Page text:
You can save a lot of money by not eating out for every meal. A lot of hostels will give you breakfast of egg and toast, which gives you lunch and dinner to sort out. A packed lunch from local supermarkets is a cheap option. Local parks are a good place to have a picnic because they are beautiful and a good spot to meet locals. For example, there is a park opposite ‘Lake Bled’ in Slovenia which is a lovely little spot for a picnic.
Tourist areas are full of restaurants calling out for more customers but by walking just a few extra streets further, you can find nice quiet restaurants with lower prices. You can also consider having your main meal during lunchtime, when menus are usually cheaper.
College or university towns have to cater for the local students, and they always have lower prices. Ask around and see if there are any student deals.
You can take your first trip with InterRail anytime after 00.00 hours on the first day that your Pass is valid. You must finish your last trip by midnight (24.00 hours) on the last day of validity.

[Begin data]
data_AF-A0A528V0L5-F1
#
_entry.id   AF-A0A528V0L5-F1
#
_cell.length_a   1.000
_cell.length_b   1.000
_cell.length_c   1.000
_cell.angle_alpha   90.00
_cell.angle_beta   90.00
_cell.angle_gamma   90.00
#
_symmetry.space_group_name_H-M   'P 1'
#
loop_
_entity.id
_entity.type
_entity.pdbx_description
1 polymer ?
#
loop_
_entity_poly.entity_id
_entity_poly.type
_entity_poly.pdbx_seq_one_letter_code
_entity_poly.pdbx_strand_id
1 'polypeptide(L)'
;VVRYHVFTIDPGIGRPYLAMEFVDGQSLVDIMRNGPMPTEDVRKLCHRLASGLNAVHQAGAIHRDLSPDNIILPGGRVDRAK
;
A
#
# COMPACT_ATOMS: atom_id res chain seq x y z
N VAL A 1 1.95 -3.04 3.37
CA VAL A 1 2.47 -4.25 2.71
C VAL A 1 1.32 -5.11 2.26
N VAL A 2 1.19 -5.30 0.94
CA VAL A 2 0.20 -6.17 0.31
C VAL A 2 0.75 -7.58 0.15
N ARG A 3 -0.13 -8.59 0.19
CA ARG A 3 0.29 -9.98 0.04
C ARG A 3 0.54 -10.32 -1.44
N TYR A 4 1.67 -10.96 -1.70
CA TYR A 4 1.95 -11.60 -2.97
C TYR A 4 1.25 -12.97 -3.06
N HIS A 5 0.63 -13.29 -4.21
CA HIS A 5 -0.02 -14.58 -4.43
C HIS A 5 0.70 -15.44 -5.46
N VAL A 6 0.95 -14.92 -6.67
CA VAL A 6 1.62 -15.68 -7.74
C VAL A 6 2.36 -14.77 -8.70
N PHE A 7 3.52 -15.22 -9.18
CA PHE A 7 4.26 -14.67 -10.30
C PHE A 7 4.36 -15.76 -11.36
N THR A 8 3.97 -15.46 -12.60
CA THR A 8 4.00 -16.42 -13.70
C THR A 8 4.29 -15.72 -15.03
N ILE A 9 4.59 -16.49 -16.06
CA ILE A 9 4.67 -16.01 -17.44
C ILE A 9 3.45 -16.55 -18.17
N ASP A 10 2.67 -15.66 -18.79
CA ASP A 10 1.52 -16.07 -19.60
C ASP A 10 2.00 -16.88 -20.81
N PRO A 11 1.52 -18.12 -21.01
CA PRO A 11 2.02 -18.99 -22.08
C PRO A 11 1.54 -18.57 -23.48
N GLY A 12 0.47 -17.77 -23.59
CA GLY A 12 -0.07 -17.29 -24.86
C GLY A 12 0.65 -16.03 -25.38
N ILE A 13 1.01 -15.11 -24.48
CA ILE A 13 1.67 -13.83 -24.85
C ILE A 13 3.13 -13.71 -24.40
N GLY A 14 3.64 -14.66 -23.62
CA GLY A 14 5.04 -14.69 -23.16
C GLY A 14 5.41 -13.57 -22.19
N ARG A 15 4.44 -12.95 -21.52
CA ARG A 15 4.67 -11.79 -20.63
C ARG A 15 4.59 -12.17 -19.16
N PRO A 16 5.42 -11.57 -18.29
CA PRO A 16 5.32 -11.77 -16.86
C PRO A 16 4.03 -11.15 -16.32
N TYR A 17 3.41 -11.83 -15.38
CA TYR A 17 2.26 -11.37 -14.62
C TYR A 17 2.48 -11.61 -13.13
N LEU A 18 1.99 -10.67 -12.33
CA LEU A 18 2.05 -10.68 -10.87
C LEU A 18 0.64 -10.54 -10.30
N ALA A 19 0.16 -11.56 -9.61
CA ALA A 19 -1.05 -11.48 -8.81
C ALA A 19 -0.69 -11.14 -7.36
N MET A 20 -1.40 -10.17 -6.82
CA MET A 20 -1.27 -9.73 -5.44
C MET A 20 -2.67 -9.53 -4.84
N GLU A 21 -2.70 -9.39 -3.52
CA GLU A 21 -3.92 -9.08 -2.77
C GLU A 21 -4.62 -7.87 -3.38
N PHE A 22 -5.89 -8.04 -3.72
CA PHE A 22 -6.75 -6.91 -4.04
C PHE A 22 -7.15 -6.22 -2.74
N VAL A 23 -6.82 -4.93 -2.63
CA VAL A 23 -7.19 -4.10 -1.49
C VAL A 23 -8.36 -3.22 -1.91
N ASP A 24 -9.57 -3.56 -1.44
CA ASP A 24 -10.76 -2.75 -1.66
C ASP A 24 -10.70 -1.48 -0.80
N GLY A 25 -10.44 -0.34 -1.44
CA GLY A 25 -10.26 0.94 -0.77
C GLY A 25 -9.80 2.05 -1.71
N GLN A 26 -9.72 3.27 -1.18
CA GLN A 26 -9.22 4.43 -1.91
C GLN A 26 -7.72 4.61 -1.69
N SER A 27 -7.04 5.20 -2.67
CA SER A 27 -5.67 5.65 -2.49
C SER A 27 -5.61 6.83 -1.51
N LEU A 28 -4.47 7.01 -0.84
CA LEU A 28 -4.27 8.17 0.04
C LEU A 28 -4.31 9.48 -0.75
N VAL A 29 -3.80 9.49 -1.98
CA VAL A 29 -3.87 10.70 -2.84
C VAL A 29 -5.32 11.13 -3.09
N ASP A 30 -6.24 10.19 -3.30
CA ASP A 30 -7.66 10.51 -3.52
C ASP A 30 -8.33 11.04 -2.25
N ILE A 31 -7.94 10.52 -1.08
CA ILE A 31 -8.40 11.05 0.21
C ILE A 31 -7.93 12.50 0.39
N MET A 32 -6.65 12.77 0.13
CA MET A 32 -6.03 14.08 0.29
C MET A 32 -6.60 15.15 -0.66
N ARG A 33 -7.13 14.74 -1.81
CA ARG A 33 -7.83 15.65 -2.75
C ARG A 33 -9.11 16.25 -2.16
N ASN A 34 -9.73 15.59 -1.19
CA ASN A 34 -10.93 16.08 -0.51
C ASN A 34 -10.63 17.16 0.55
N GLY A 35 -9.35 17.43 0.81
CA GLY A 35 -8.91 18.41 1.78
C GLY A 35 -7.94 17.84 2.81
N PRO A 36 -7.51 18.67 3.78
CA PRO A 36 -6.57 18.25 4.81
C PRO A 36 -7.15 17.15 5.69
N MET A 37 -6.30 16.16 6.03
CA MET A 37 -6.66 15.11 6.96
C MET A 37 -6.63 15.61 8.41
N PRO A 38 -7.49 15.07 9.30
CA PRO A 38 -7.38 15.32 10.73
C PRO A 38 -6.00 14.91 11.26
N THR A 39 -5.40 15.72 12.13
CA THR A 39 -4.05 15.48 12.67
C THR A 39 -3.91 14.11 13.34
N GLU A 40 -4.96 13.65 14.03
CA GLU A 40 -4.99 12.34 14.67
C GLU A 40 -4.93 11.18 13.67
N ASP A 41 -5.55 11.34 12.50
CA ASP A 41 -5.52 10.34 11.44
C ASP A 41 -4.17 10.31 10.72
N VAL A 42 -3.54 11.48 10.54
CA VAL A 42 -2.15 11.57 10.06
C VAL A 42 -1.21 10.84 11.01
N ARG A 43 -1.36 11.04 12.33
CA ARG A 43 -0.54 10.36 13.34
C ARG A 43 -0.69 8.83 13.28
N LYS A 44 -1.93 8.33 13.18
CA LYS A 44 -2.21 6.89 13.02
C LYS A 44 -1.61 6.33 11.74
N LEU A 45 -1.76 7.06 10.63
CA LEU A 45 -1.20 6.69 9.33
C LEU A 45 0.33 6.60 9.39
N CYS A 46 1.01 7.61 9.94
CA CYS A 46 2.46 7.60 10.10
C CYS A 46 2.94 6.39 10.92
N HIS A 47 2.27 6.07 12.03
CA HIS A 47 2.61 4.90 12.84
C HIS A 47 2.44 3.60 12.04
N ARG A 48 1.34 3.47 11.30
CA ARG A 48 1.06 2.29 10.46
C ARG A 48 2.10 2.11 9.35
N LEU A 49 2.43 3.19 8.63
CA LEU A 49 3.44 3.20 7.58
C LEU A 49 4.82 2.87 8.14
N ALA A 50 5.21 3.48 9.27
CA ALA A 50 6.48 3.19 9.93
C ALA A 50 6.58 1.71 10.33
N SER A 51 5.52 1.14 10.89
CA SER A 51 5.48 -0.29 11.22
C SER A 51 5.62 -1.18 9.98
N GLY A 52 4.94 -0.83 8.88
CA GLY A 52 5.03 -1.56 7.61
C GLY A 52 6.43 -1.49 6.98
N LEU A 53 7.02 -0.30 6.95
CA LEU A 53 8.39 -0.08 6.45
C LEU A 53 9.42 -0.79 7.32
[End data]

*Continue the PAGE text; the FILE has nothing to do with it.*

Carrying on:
* Making seat reservations:
Not included in your Pass are reservations fees. Reservations are usually required for high-speed, international and night trains. Seats on such trains can be in high demand, especially to popular destinations such as Italy, France and Spain, and during the July and August high seasons.
Here’s an example railpass:
Be very careful filling in the date. If you make a mistake you cannot correct it, as this could be interpreted as fraud. If you make a mistake you will have to enter the correct date in the next travel day box and consequently lose a travel day.
* 7 pm rule:
A travel day normally lasts from midnight to midnight. If your train departs before 19.00h, you need to use two travel days (fill in the day of departure in one set of boxes and the day of arrival in the next).
However, there’s a cheeky trick called the ‘7pm rule’. If your train departs after 19:00 then it is considered the next day’s travel. This means you can get a train after 19:00, arrive early in the morning at your destination, have the whole morning and afternoon there, catch your next train to another city, arrive in the evening, and it is all classed as just one day’s travel! Boom! Now that’s savings…
If you have any further budget tips on InterRailing or travelling then we would love to hear them!!! Let the debate begin…
My advice for interailing, DONT go from city to city, and DONT try to see 30 places in 30 days.
You must be logged in to reply to this topic.